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PostPosted: Thu Dec 27, 2007 11:17 pm 
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As promised, here's the photo my Aunt Doris found of the B-17G that was donated to the Air Scouts in Paducah, KY in 1946:

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My dad said that two local pilots picked it up at a depot in Memphis, Tennessee and flew it back to the Paducah airport, took out the batteries and left it for the Air Scouts to use as a teaching tool/clubhouse. He "flew" his share of missions in it before he joined the Air Force in 1947. By around 1949 or 1950 it was gone.

Looking closely at the photo, it looks like the cheek gun position is missing on the starboard side, but the chin and top turrets are intact.

I hope someone can add details to this (like the serial, of course!). Maybe someone knows something more about the depot in Memphis? Over to you...

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Last edited by Chris Brame on Thu Sep 21, 2017 8:14 pm, edited 4 times in total.

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PostPosted: Fri Dec 28, 2007 12:18 pm 
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And? What happened to this bird? Still in use with the air scouts or scrapped? Any recent pics or stories?

Johan


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PostPosted: Fri Dec 28, 2007 9:57 pm 
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What a superb story! I'm wondering if author and B-17 historian Scott Thompson might have details or leads regarding its disposition. He's spent so many hours tracking down serial numbers and pouring through records he may indeed have a clue or two.

That period of time following VJ Day through 1948 or so must've been a magical time for those interested in saving warbirds. I understand from first hand experience that the larger they are the more of a challenge they are to move, and it was so difficult for an individual to acquire and move an airplane as large as a B-17 or B-24. But it appears that the War Assets Administration - the federal agency formed specifically to properly dispose of war material - was pretty liberal in offering airplanes to municipalities, townships and civic groups for display. In most cases, all one had to do was request one and then move it.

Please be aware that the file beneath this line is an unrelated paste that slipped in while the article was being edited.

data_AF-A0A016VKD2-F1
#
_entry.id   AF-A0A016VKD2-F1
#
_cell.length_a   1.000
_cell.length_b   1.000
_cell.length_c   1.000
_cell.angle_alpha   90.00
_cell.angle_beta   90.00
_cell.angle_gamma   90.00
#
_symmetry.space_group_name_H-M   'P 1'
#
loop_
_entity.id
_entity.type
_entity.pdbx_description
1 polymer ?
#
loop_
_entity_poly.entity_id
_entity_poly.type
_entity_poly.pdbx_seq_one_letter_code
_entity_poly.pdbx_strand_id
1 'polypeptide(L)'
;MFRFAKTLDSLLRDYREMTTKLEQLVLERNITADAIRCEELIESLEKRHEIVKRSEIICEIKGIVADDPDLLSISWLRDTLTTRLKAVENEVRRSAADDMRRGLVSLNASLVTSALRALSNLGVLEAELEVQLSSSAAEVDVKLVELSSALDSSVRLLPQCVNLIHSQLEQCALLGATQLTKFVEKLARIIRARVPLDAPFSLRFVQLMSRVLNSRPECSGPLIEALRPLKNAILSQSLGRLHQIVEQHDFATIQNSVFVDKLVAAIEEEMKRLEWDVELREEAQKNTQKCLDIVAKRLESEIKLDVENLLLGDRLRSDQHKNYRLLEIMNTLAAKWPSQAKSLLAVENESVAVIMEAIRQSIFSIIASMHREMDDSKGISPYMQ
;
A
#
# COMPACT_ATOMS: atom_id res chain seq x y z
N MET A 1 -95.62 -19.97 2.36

Hate to say it, but I suspect she was scrapped less than 5 years or so after she made her final flight. So often it seems the airplanes went off to cities or civic groups with the best of intentions to preserve them as war memorials, but after a few years of neglect, exposure to weather and vandalism they became eyesores to the local officials and they were scrapped.

This kind of thing happened at least a few decades after WWII. In Mesa, Arizona where I reside, there was once a F9F Panther sitting in a municipal park less than a mile from my home. In the early 1990s, the City officials decided it was something of a liability and gave it away to a museum. Thousands of kids had played on it over the years, and the City's risk prevention office probably convinced the council that it was a horrendous liability if another child got injured playing on or in it, and away it went. Almost overnight.

Upon researching the history of the aircraft, I discovered this was at least the second (and possibly a third) military aircraft given to City of Mesa from US Navy stores from Litchfield NAF, about 35 miles or so up the road. This was done in the 1960s, and when the neighboring cities wanted a war memorial for a local park, school or VFW hall, all they did was submit a written petition for one, and then they got one from storage and hauled it down the road.

And article in the local newspaper printed in the early 1960s indicated that the former Navy aircraft in this old park had "the wings worn through in spots from the traffic of countless chiildren's shoes that it was no longer safe, and hauled away to the local scrapyard when a replacement appeared."